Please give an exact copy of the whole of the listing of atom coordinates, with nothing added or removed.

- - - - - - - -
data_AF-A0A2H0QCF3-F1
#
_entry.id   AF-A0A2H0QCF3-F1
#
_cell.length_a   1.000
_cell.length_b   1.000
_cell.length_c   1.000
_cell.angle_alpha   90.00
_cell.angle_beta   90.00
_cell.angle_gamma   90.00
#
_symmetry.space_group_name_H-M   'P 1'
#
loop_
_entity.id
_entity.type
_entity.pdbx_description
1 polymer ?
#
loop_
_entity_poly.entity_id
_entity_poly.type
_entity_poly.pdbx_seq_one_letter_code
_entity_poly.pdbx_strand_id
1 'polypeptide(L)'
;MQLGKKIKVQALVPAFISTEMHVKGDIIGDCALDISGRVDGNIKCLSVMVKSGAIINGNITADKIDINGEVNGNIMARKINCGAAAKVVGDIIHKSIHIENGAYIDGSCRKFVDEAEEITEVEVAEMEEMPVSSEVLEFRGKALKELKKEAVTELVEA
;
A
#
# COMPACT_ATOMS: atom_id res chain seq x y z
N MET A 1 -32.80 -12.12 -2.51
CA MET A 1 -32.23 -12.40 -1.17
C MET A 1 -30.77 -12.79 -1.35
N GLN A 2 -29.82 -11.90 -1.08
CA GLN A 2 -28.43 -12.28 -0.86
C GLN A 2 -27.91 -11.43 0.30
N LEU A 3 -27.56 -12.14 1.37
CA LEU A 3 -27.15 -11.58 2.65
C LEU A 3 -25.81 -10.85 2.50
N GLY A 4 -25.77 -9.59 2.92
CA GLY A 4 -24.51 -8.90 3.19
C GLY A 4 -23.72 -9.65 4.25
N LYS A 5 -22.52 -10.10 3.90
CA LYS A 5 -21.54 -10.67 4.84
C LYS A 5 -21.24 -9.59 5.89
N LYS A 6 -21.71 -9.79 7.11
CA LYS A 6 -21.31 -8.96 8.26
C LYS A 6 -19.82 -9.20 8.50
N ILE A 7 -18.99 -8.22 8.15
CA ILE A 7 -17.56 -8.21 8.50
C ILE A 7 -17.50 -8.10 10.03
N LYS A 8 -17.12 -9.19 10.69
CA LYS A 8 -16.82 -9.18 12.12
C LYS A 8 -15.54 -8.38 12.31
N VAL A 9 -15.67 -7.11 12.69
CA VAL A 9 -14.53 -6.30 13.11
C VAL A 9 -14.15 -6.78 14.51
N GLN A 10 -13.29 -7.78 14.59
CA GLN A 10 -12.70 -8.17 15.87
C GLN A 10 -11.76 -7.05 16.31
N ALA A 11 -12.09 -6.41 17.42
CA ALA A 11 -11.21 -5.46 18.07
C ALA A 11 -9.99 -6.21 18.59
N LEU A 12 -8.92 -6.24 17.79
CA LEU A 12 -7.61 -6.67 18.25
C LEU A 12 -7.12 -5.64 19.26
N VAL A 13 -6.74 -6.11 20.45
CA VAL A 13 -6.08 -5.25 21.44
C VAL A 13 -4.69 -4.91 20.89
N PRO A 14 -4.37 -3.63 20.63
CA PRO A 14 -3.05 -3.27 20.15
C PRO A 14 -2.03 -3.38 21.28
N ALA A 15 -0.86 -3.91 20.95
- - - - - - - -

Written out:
data_AF-A0A2H0QCF3-F1
#
_entry.id   AF-A0A2H0QCF3-F1
#
_cell.length_a   1.000
_cell.length_b   1.000
_cell.length_c   1.000
_cell.angle_alpha   90.00
_cell.angle_beta   90.00
_cell.angle_gamma   90.00
#
_symmetry.space_group_name_H-M   'P 1'
#
loop_
_entity.id
_entity.type
_entity.pdbx_description
1 polymer ?
#
loop_
_entity_poly.entity_id
_entity_poly.type
_entity_poly.pdbx_seq_one_letter_code
_entity_poly.pdbx_strand_id
1 'polypeptide(L)'
;MQLGKKIKVQALVPAFISTEMHVKGDIIGDCALDISGRVDGNIKCLSVMVKSGAIINGNITADKIDINGEVNGNIMARKINCGAAAKVVGDIIHKSIHIENGAYIDGSCRKFVDEAEEITEVEVAEMEEMPVSSEVLEFRGKALKELKKEAVTELVEA
;
A
#
# COMPACT_ATOMS: atom_id res chain seq x y z
N MET A 1 -32.80 -12.12 -2.51
CA MET A 1 -32.23 -12.40 -1.17
C MET A 1 -30.77 -12.79 -1.35
N GLN A 2 -29.82 -11.90 -1.08
CA GLN A 2 -28.43 -12.28 -0.86
C GLN A 2 -27.91 -11.43 0.30
N LEU A 3 -27.56 -12.14 1.37
CA LEU A 3 -27.15 -11.58 2.65
C LEU A 3 -25.81 -10.85 2.50
N GLY A 4 -25.77 -9.59 2.92
CA GLY A 4 -24.51 -8.90 3.19
C GLY A 4 -23.72 -9.65 4.25
N LYS A 5 -22.52 -10.10 3.90
CA LYS A 5 -21.54 -10.67 4.84
C LYS A 5 -21.24 -9.59 5.89
N LYS A 6 -21.71 -9.79 7.11
CA LYS A 6 -21.31 -8.96 8.26
C LYS A 6 -19.82 -9.20 8.50
N ILE A 7 -18.99 -8.22 8.15
CA ILE A 7 -17.56 -8.21 8.50
C ILE A 7 -17.50 -8.10 10.03
N LYS A 8 -17.12 -9.19 10.69
CA LYS A 8 -16.82 -9.18 12.12
C LYS A 8 -15.54 -8.38 12.31
N VAL A 9 -15.67 -7.11 12.69
CA VAL A 9 -14.53 -6.30 13.11
C VAL A 9 -14.15 -6.78 14.51
N GLN A 10 -13.29 -7.78 14.59
CA GLN A 10 -12.70 -8.17 15.87
C GLN A 10 -11.76 -7.05 16.31
N ALA A 11 -12.09 -6.41 17.42
CA ALA A 11 -11.21 -5.46 18.07
C ALA A 11 -9.99 -6.21 18.59
N LEU A 12 -8.92 -6.24 17.79
CA LEU A 12 -7.61 -6.67 18.25
C LEU A 12 -7.12 -5.64 19.26
N VAL A 13 -6.74 -6.11 20.45
CA VAL A 13 -6.08 -5.25 21.44
C VAL A 13 -4.69 -4.91 20.89
N PRO A 14 -4.37 -3.63 20.63
CA PRO A 14 -3.05 -3.27 20.15
C PRO A 14 -2.03 -3.38 21.28
N ALA A 15 -0.86 -3.91 20.95